But I do know that you can get past this. I was bulimic for three years and ate till my stomach was so full that it was uncomfortable. I can’t stand that feeling anymore. I don’t even like a lot of the rich, creamy foods that I used to eat and quite frankly if I ate as much ice cream as I used to (my go-to binge food because it was easy to throw up) I would blow a new hole in the ozone layer with my flatulence. (TMI?) It’s got to be just one day at a time that you make the change. Don’t look at the years ahead – just get through today.

    • Debbish
      September 19, 2012

      Like the ‘one day at a time’ approach Char. I also got to the point recently that I constantly felt bloated and uncomfortable from over-eating – hence the protein shake approach for a while. (I think I said in the previous post, it’s nice being able to lie on my stomach for a change when I go to bed, rather than it being too full!).


  • Lyndal
    September 19, 2012

    im still stuck on the deadset no to the cheesy fries as an indulgent treat… i am someone who tries to eat healthy the majority of the time, however firmly believe that if i label foods good/bad, or tell myself im not ‘allowed’ something then i will go crazy. I ate a whole giant box of nerds yesterday… and it was fabulous. I enjoyed that sugar high and rode it until i crashed at or around 5pm. It is what it is, i certainly dont do it everyday, but i felt like it so off i went.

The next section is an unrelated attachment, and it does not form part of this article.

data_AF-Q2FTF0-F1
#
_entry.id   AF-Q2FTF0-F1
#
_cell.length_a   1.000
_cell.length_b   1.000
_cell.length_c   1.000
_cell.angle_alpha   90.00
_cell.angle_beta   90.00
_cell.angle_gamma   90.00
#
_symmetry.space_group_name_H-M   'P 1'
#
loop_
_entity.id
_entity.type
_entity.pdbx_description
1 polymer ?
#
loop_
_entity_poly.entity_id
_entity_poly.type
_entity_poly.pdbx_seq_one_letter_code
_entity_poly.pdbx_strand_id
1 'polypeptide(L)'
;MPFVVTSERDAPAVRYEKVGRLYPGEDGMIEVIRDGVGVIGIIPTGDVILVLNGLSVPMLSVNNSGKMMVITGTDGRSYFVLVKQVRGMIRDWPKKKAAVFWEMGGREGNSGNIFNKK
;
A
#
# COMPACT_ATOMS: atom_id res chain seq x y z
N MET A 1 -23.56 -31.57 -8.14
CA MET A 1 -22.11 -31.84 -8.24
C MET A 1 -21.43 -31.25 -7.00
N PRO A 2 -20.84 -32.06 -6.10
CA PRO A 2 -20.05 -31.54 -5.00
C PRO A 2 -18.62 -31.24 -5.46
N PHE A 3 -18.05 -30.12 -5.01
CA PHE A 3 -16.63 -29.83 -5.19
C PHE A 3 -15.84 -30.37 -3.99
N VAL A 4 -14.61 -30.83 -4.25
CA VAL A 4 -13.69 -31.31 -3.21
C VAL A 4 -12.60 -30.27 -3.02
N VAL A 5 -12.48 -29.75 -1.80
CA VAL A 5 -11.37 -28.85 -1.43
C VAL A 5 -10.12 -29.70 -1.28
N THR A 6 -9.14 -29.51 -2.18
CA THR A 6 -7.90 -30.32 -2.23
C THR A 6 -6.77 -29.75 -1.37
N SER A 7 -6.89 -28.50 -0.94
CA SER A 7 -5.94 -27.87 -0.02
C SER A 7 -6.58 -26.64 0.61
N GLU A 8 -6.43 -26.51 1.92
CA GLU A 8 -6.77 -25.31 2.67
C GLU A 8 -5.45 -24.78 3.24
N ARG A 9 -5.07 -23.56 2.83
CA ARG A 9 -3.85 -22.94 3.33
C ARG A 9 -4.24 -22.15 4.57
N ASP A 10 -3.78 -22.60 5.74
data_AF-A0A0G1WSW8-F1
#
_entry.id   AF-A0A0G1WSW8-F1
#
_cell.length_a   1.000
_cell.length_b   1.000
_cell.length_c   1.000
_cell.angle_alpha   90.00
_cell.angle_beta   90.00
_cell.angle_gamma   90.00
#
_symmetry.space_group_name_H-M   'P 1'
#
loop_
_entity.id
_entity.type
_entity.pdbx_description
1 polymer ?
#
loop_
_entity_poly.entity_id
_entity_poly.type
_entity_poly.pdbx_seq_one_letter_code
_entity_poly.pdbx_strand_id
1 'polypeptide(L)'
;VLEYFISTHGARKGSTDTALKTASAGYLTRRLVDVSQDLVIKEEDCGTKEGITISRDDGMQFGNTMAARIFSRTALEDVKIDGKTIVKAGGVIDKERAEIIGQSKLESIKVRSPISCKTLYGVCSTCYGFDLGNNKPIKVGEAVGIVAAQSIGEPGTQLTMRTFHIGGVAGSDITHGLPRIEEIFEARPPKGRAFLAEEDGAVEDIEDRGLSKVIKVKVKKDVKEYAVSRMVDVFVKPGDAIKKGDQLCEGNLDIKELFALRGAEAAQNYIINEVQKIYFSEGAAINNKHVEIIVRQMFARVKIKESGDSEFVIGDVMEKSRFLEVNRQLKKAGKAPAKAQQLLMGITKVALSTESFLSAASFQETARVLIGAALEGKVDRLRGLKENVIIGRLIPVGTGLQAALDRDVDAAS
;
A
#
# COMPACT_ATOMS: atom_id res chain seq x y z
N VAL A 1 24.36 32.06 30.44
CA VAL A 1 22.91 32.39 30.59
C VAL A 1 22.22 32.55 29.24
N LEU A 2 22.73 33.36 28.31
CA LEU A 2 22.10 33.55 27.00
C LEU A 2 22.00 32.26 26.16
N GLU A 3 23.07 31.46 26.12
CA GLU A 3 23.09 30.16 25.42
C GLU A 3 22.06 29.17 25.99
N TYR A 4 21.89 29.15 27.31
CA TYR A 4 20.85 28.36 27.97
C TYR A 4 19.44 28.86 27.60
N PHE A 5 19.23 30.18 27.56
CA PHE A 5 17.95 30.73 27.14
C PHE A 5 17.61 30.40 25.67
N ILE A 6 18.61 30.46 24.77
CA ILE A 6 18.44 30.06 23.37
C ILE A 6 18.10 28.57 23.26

I do realise that sounds so simplistic. And maybe it is – maybe, that is the type of relationship i need to have with food to not go all or nothing and inevitably swing between the two. Recognising that if i do indeed, do waht the heck I want sometimes because i bloody well want to, then perhaps the trade off is an extra hour running, or the acknowledgement of how awesome it was, and to put the rest away for another indulgent time in a few weeks?

    Honestly, i think we are all just learning where our lines are and why they are the way the are. there is no concrete right or wrong.

    • Debbish
      September 19, 2012

      Thanks for your comment Lyndal. I’ve always been a bit all or nothing – I’m either dieting rigidly before crashing and burning and eating everything in sight. I tried the ‘not-dieting’ for a while, but don’t think I was quite ready for it yet. (Or maybe that’s just another excuse.)